SAG-AFTRA and AMPTP to Continue Negotiations
Following settlement of the Writer’s Guild strike led by the WGA, the attention has now turn to the SAG-AFTRA strike, as leading representatives of the SAG AFTRA and the Alliance of Motion Pictures and Television Producers (AMPTP) continue negotiations on October 2nd, Monday. By: Dylan Low
SAG-AFTRA announced in a statement, “SAG-AFTRA and the AMPTP will resume negotiations for a new TV/Theatrical contract on Monday, Oct. 2. Several executives from AMPTP member companies will be in attendance.”
Chief negotiator of SAG-AFTRA Duncan Crabtree Ireland is joined by union president Fran Drescher, to discuss with the producers about the plans to end the strike, having seen the WGA 146-day strike end on September 26th. Negotiations between Crabtree Island and four notable media CEOs that finalised the WGA deal began negotiations immediately after a tentative agreement was official for WGA. These CEOs are Disney’s Bob Iger, NBCUniversal’s Donna Langley, Warner Bros. Discovery’s David Zaslav and Netflix’s Ted Sarandos.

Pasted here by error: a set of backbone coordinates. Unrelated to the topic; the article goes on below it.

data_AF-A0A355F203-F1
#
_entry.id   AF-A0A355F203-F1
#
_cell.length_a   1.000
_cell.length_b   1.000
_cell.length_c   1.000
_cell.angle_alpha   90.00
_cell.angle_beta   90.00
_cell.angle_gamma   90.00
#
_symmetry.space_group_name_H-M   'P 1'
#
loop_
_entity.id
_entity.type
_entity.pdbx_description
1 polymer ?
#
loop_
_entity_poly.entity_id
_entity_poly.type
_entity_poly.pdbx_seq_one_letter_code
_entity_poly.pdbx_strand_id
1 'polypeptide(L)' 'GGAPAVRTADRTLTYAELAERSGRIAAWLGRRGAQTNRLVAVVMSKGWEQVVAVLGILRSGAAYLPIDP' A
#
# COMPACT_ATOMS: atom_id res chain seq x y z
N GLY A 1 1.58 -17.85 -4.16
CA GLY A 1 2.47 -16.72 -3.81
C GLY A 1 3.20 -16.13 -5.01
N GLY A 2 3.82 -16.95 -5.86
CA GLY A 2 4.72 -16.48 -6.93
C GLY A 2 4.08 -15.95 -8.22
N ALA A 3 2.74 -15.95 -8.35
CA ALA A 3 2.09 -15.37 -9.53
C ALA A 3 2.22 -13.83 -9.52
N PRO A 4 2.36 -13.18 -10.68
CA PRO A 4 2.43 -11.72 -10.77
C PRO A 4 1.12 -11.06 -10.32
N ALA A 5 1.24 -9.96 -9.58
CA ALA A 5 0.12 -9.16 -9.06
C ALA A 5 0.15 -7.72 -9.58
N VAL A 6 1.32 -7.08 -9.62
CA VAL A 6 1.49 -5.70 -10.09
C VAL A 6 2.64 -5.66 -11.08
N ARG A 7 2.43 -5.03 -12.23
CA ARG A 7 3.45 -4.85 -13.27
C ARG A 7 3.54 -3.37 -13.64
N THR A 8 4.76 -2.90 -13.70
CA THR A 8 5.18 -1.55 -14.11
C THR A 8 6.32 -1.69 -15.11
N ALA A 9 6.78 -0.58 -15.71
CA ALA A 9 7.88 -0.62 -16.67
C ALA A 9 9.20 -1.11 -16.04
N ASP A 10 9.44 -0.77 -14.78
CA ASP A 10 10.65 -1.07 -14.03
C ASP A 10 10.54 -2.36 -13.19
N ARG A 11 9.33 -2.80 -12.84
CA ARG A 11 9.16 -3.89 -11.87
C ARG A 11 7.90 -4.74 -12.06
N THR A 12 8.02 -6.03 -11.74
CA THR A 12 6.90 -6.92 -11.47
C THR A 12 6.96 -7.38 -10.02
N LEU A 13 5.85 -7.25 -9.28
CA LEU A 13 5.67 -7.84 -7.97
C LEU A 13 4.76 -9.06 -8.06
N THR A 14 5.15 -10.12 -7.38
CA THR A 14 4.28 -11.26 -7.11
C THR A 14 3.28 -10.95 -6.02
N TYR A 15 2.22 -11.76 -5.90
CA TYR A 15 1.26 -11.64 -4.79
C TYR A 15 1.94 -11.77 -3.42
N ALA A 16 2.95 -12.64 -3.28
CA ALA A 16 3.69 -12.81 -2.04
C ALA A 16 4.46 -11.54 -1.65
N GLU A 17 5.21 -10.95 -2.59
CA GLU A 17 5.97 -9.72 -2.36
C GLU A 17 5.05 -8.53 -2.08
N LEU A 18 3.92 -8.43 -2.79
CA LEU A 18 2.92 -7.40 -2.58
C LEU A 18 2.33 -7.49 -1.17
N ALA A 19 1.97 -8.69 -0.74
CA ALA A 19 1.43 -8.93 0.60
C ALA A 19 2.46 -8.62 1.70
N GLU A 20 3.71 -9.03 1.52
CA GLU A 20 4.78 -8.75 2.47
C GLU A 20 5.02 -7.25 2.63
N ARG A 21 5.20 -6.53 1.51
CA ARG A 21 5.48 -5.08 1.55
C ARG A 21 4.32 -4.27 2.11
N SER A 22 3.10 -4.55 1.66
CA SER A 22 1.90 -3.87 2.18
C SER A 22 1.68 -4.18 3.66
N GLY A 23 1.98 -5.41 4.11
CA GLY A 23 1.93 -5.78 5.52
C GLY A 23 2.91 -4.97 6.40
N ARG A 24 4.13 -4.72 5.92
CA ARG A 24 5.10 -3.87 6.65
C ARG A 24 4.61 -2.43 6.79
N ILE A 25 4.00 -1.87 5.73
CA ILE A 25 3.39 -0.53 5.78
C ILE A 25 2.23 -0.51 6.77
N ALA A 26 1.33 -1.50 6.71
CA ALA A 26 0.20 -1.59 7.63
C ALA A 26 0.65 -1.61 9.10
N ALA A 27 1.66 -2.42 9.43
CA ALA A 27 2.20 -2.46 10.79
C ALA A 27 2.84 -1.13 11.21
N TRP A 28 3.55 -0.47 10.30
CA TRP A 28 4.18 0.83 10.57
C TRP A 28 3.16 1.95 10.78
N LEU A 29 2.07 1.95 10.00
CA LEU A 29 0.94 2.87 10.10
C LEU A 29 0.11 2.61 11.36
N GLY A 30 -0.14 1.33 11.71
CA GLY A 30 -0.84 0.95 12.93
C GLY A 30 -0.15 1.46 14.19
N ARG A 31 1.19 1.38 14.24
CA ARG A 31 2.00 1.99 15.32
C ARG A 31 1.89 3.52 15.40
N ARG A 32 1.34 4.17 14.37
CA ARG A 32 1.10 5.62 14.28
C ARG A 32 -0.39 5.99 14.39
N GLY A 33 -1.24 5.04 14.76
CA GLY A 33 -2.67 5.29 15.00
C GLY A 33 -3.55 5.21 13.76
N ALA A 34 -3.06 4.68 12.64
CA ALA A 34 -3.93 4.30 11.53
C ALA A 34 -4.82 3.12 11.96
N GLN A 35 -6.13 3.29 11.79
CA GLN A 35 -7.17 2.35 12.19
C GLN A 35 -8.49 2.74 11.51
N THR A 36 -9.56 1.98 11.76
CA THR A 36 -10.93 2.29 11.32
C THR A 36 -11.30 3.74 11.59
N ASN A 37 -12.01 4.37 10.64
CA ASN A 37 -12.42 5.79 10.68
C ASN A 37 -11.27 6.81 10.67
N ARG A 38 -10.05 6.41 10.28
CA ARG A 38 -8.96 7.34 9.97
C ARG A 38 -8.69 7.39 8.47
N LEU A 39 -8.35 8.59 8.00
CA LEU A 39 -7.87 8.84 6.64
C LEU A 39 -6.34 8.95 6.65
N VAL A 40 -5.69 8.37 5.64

The SAG-AFTRA and WGA have not resumed discussions effectively since the union called for a strike on July 14. Collateral damages have been significant, affecting the worldwide box office and fall film festival cycle. With show actors prevented from promoting works by affected companies, it resulted in empty red carpets in Venice, Telluride and Toronto.
Several fortunate TV films and projects were recipients of the SAG-AFTRA agreement, where productions can continue filming and allow actors to take part in promotions. Such films include Ferrari by Michael Mann, Sofia Coppola’s Priscilla and upcoming holiday film The Iron Claw, starring actors Zac Efron and Jeremy Allen White.
With Crabtree Ireland and Drescher being resolved to resume negotiations, the union has been occupied with other strike matters. The union had decided unanimously to stop work in ten video game companies.
Crabtree Ireland commented on the new video game strike, “After five rounds of bargaining, it has become abundantly clear that the video game companies aren’t willing to meaningfully engage on the critical issues: compensation undercut by inflation, unregulated use of AI and safety.”
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